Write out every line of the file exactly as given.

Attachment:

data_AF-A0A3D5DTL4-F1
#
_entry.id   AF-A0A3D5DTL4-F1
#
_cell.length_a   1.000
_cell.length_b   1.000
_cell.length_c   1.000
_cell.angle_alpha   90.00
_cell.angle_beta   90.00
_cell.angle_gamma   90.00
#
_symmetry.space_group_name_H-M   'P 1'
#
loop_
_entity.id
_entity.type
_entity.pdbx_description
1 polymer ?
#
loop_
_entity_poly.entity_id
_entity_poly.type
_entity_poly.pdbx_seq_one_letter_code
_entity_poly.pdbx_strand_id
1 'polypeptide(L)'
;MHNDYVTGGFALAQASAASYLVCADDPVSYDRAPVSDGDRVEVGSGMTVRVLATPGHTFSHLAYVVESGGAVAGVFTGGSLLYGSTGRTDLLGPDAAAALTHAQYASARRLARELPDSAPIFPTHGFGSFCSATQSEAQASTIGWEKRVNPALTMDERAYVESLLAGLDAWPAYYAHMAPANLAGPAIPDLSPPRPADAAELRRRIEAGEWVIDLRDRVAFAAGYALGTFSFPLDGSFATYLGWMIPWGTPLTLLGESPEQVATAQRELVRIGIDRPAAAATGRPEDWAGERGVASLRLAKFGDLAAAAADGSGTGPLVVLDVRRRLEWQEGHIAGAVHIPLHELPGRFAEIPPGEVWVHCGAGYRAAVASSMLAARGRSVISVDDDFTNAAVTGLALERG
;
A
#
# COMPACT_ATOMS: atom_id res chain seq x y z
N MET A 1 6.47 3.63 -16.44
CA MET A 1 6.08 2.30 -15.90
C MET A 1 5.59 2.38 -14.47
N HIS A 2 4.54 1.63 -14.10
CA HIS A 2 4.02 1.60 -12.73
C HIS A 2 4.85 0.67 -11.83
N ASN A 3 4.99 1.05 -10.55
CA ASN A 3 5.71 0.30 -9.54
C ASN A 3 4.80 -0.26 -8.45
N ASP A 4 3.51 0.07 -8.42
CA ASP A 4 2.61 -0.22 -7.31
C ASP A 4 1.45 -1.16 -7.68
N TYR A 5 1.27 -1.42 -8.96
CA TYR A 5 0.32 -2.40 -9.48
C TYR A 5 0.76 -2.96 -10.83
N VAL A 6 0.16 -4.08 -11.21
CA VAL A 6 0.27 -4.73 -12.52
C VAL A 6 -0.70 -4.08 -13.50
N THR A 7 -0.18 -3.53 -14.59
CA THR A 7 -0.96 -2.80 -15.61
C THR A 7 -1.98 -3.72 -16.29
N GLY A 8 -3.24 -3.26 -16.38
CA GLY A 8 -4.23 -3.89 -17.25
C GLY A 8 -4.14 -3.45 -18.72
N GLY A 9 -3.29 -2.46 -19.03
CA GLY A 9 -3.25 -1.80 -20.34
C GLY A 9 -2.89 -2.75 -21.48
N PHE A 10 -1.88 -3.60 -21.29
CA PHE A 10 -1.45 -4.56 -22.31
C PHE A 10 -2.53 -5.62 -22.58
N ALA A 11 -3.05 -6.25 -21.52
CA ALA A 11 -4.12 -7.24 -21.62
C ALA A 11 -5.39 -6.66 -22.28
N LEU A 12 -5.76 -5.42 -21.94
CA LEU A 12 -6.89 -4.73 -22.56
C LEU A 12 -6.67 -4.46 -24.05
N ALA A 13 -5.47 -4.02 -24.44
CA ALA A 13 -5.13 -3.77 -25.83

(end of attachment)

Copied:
data_AF-A0A3D5DTL4-F1
#
_entry.id   AF-A0A3D5DTL4-F1
#
_cell.length_a   1.000
_cell.length_b   1.000
_cell.length_c   1.000
_cell.angle_alpha   90.00
_cell.angle_beta   90.00
_cell.angle_gamma   90.00
#
_symmetry.space_group_name_H-M   'P 1'
#
loop_
_entity.id
_entity.type
_entity.pdbx_description
1 polymer ?
#
loop_
_entity_poly.entity_id
_entity_poly.type
_entity_poly.pdbx_seq_one_letter_code
_entity_poly.pdbx_strand_id
1 'polypeptide(L)'
;MHNDYVTGGFALAQASAASYLVCADDPVSYDRAPVSDGDRVEVGSGMTVRVLATPGHTFSHLAYVVESGGAVAGVFTGGSLLYGSTGRTDLLGPDAAAALTHAQYASARRLARELPDSAPIFPTHGFGSFCSATQSEAQASTIGWEKRVNPALTMDERAYVESLLAGLDAWPAYYAHMAPANLAGPAIPDLSPPRPADAAELRRRIEAGEWVIDLRDRVAFAAGYALGTFSFPLDGSFATYLGWMIPWGTPLTLLGESPEQVATAQRELVRIGIDRPAAAATGRPEDWAGERGVASLRLAKFGDLAAAAADGSGTGPLVVLDVRRRLEWQEGHIAGAVHIPLHELPGRFAEIPPGEVWVHCGAGYRAAVASSMLAARGRSVISVDDDFTNAAVTGLALERG
;
A
#
# COMPACT_ATOMS: atom_id res chain seq x y z
N MET A 1 6.47 3.63 -16.44
CA MET A 1 6.08 2.30 -15.90
C MET A 1 5.59 2.38 -14.47
N HIS A 2 4.54 1.63 -14.10
CA HIS A 2 4.02 1.60 -12.73
C HIS A 2 4.85 0.67 -11.83
N ASN A 3 4.99 1.05 -10.55
CA ASN A 3 5.71 0.30 -9.54
C ASN A 3 4.80 -0.26 -8.45
N ASP A 4 3.51 0.07 -8.42
CA ASP A 4 2.61 -0.22 -7.31
C ASP A 4 1.45 -1.16 -7.68
N TYR A 5 1.27 -1.42 -8.96
CA TYR A 5 0.32 -2.40 -9.48
C TYR A 5 0.76 -2.96 -10.83
N VAL A 6 0.16 -4.08 -11.21
CA VAL A 6 0.27 -4.73 -12.52
C VAL A 6 -0.70 -4.08 -13.50
N THR A 7 -0.18 -3.53 -14.59
CA THR A 7 -0.96 -2.80 -15.61
C THR A 7 -1.98 -3.72 -16.29
N GLY A 8 -3.24 -3.26 -16.38
CA GLY A 8 -4.23 -3.89 -17.25
C GLY A 8 -4.14 -3.45 -18.72
N GLY A 9 -3.29 -2.46 -19.03
CA GLY A 9 -3.25 -1.80 -20.34
C GLY A 9 -2.89 -2.75 -21.48
N PHE A 10 -1.88 -3.60 -21.29
CA PHE A 10 -1.45 -4.56 -22.31
C PHE A 10 -2.53 -5.62 -22.58
N ALA A 11 -3.05 -6.25 -21.52
CA ALA A 11 -4.12 -7.24 -21.62
C ALA A 11 -5.39 -6.66 -22.28
N LEU A 12 -5.76 -5.42 -21.94
CA LEU A 12 -6.89 -4.73 -22.56
C LEU A 12 -6.67 -4.46 -24.05
N ALA A 13 -5.47 -4.02 -24.44
CA ALA A 13 -5.13 -3.77 -25.83